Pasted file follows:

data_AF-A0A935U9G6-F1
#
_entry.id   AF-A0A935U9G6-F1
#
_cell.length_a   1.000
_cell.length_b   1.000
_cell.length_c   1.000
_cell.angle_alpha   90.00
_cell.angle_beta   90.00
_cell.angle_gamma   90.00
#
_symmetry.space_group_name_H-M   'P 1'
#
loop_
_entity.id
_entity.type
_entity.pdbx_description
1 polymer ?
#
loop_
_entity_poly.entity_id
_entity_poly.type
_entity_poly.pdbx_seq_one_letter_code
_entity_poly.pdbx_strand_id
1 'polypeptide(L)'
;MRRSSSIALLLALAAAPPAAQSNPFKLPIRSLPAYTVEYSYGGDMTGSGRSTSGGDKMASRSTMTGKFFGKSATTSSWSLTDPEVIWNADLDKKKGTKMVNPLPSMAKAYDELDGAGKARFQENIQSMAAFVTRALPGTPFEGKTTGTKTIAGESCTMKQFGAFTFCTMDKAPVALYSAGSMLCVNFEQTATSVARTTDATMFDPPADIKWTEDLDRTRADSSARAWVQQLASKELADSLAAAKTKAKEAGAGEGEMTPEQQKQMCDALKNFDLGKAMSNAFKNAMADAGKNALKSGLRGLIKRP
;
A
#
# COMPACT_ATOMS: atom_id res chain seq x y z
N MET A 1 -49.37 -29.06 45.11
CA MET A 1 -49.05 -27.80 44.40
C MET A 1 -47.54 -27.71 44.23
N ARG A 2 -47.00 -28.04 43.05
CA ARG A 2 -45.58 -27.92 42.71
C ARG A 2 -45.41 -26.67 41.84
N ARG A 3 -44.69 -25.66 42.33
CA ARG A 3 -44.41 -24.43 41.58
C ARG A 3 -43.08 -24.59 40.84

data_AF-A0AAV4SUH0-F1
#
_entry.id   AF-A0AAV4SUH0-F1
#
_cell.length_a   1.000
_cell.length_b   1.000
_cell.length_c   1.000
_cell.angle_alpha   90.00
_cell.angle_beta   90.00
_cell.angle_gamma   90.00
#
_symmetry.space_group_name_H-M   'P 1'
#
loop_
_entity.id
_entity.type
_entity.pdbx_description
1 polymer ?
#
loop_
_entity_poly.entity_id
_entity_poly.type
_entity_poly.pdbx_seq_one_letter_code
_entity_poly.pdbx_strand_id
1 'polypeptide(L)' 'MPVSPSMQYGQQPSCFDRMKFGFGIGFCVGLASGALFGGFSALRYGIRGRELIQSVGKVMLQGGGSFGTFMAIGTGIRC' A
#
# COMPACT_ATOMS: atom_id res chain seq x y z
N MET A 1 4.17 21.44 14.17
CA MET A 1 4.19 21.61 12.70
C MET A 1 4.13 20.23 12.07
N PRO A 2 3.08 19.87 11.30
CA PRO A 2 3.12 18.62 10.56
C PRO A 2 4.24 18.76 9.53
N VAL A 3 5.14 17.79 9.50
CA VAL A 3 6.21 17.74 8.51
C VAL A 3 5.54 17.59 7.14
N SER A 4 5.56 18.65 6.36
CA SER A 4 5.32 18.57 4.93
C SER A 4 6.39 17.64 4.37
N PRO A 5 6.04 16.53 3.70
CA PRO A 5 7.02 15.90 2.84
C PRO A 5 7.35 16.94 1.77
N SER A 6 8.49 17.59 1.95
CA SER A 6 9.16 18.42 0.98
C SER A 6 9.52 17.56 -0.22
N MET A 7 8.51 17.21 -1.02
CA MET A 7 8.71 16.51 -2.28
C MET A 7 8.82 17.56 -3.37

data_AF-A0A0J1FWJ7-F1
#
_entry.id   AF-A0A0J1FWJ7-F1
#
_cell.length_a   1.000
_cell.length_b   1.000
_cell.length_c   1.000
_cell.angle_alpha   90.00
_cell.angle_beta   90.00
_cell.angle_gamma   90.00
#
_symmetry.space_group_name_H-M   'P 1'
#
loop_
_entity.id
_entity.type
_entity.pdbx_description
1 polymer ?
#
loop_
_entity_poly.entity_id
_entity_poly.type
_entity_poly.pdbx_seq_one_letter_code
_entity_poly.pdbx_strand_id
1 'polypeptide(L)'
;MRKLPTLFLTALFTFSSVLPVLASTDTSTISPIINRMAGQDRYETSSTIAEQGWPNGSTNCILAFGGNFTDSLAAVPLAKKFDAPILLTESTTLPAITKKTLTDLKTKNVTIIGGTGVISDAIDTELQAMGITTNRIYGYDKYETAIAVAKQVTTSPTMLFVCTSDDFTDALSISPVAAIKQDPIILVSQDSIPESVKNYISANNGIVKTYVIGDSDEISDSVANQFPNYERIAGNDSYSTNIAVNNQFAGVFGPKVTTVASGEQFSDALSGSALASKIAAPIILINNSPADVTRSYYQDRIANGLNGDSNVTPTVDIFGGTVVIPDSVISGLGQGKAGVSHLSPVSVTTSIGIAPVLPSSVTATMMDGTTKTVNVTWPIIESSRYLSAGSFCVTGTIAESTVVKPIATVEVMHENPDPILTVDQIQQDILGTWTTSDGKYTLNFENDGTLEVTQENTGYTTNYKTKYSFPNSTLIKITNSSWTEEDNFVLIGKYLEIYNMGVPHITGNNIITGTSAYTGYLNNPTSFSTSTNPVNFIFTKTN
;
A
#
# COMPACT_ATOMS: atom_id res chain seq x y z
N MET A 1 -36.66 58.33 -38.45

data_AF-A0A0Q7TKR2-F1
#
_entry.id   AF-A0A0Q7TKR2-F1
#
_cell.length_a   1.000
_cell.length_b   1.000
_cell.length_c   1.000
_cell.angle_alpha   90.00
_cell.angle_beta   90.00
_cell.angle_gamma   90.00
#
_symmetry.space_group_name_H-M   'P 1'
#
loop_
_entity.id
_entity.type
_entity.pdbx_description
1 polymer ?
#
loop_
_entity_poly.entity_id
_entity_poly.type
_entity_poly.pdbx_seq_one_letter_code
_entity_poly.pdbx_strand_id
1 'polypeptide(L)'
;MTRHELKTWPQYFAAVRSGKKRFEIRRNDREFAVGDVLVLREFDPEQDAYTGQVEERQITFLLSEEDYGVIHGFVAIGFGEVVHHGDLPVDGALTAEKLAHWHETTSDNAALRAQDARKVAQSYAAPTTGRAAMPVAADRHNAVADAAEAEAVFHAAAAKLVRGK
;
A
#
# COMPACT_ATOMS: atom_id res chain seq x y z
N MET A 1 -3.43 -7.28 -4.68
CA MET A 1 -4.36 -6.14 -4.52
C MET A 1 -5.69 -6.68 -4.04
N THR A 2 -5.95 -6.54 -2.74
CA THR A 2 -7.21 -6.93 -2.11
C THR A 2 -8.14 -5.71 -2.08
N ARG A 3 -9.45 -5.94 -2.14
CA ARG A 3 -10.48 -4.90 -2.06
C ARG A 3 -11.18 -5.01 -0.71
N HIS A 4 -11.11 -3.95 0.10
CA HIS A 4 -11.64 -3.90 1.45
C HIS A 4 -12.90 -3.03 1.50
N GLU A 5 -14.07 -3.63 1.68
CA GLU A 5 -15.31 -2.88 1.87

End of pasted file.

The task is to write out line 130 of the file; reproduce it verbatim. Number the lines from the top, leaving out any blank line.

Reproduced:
_symmetry.space_group_name_H-M   'P 1'